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Episodic Memory and Episodic Future Thinking Impairments in High-Functioning Autism Spectrum Disorder: An Underlying Difficulty With Scene Construction or Self-Projection?

Lind, Sophie E., Williams, David M., Peel, Anna, Bowler, Dermot M. (2014) Episodic Memory and Episodic Future Thinking Impairments in High-Functioning Autism Spectrum Disorder: An Underlying Difficulty With Scene Construction or Self-Projection? Neuropsychology, 28 (1). pp. 55-67. ISSN 0894-4105. E-ISSN 1931-1559. (doi:10.1037/neu0000005)

Abstract

Objective: There appears to be a common network of brain regions that underlie the ability to recall past personal experiences (episodic memory) and the ability to imagine possible future personal experiences (episodic future thinking). At the cognitive level, these abilities are thought to rely on “scene construction” (the ability to bind together multimodal elements of a scene in mind— dependent on hippocampal functioning) and temporal “self-projection” (the ability to mentally project oneself through time—dependent on prefrontal cortex functioning). Although autism spectrum disorder (ASD) is characterized by diminished episodic memory, it is unclear whether episodic future thinking is correspondingly impaired. Moreover, the underlying basis of such impairments (difficulties with scene construction, self-projection, or both) is yet to be established. The current study therefore aimed to elucidate these issues. Method: Twenty-seven intellectually highfunctioning adults with ASD and 29 age- and IQ-matched neurotypical comparison adults were asked to describe (a) imagined atemporal, non-self-relevant fictitious scenes (assessing scene construction), (b) imagined plausible self-relevant future episodes (assessing episodic future thinking), and (c) recalled personally experienced past episodes (assessing episodic memory). Tests of narrative ability and theory of mind were also completed. Results: Performances of participants with ASD were significantly and equally diminished in each condition and, crucially, this diminution was independent of general narrative ability. Conclusions: Given that participants with ASD were impaired in the fictitious scene condition, which does not involve self-projection, we suggest the underlying difficulty with episodic memory/future thinking is one of scene construction.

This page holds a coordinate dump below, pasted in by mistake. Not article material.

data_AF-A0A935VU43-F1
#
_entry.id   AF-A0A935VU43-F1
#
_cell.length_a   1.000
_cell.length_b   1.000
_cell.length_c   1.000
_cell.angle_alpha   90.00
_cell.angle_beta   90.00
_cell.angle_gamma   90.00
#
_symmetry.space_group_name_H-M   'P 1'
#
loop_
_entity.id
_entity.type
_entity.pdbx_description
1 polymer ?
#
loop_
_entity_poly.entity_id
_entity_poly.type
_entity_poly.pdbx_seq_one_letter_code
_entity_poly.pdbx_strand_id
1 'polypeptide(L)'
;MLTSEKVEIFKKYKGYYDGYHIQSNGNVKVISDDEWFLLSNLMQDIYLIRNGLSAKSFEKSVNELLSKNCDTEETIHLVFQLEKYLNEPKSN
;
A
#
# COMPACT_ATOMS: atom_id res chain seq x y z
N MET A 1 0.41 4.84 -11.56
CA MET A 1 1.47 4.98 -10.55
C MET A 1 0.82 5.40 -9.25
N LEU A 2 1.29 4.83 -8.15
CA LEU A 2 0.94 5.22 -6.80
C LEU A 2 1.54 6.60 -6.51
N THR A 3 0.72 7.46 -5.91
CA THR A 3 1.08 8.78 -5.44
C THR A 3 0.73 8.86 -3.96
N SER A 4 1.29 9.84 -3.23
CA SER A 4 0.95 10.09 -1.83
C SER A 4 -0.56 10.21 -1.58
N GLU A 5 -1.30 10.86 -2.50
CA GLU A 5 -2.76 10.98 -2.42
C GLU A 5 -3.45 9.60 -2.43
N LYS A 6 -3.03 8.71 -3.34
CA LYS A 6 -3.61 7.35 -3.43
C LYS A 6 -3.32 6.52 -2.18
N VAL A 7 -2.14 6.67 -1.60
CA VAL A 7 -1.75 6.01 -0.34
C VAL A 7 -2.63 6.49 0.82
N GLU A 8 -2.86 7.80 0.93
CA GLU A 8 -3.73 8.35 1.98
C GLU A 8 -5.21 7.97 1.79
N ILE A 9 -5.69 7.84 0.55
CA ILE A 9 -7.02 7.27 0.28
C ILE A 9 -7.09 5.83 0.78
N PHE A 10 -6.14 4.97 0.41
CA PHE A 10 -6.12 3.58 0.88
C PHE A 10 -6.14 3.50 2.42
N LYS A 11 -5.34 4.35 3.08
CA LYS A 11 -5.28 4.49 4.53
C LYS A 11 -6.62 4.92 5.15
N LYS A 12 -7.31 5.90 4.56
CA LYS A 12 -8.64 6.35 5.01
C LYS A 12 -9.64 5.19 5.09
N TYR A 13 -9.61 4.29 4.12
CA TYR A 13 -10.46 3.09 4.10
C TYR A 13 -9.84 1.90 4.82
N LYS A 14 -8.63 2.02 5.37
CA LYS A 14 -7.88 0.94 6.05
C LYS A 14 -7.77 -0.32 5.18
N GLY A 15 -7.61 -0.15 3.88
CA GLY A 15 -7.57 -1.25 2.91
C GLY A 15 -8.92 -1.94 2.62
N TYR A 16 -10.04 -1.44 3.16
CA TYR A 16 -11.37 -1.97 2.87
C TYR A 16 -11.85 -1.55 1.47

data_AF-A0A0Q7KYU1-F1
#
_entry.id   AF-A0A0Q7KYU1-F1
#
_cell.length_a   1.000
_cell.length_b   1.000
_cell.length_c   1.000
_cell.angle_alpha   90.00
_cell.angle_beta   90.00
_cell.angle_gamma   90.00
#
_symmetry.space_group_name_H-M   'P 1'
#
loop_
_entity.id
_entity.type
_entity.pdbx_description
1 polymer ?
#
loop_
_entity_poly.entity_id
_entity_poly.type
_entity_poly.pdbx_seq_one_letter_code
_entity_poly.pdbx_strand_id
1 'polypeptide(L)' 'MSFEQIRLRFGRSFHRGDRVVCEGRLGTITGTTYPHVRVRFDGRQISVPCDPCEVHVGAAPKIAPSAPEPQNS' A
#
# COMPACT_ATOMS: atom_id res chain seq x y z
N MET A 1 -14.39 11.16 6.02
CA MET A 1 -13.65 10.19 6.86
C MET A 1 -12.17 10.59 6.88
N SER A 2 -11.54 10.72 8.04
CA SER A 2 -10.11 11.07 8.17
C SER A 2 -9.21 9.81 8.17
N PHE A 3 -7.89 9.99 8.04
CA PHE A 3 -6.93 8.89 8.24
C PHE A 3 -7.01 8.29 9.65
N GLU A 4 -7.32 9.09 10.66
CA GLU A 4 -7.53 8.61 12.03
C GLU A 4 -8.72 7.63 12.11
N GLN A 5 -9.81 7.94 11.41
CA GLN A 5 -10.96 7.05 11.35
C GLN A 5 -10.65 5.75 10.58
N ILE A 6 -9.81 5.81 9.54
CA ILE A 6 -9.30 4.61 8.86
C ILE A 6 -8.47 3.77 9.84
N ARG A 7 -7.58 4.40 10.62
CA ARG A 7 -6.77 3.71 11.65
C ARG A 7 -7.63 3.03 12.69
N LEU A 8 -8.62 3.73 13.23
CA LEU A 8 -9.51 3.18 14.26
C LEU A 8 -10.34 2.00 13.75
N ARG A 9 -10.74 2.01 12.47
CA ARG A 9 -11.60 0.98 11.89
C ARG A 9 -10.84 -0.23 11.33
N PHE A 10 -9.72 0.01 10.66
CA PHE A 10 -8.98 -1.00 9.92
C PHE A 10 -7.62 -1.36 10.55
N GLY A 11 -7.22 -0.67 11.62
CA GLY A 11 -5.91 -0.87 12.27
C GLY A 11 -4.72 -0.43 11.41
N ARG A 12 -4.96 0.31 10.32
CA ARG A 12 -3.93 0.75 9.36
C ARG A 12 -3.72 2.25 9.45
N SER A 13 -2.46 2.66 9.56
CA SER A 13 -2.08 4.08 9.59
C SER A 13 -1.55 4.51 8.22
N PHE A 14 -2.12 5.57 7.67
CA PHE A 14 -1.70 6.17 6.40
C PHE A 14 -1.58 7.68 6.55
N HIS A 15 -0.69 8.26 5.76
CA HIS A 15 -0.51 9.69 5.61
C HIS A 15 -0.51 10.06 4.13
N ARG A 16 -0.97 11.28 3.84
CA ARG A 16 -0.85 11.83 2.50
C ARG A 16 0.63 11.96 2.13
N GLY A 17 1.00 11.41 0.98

Item Type: Article
DOI/Identification number: 10.1037/neu0000005
Uncontrolled keywords: autism spectrum disorder, episodic memory, episodic future thinking, scene construction, self-projection
Subjects: B Philosophy. Psychology. Religion > BF Psychology
Divisions: Faculties > Social Sciences > School of Psychology
Depositing User: David Williams
Date Deposited: 14 Oct 2013 13:55 UTC
Last Modified: 29 May 2019 11:06 UTC
Resource URI: https://kar.kent.ac.uk/id/eprint/35434 (The current URI for this page, for reference purposes)
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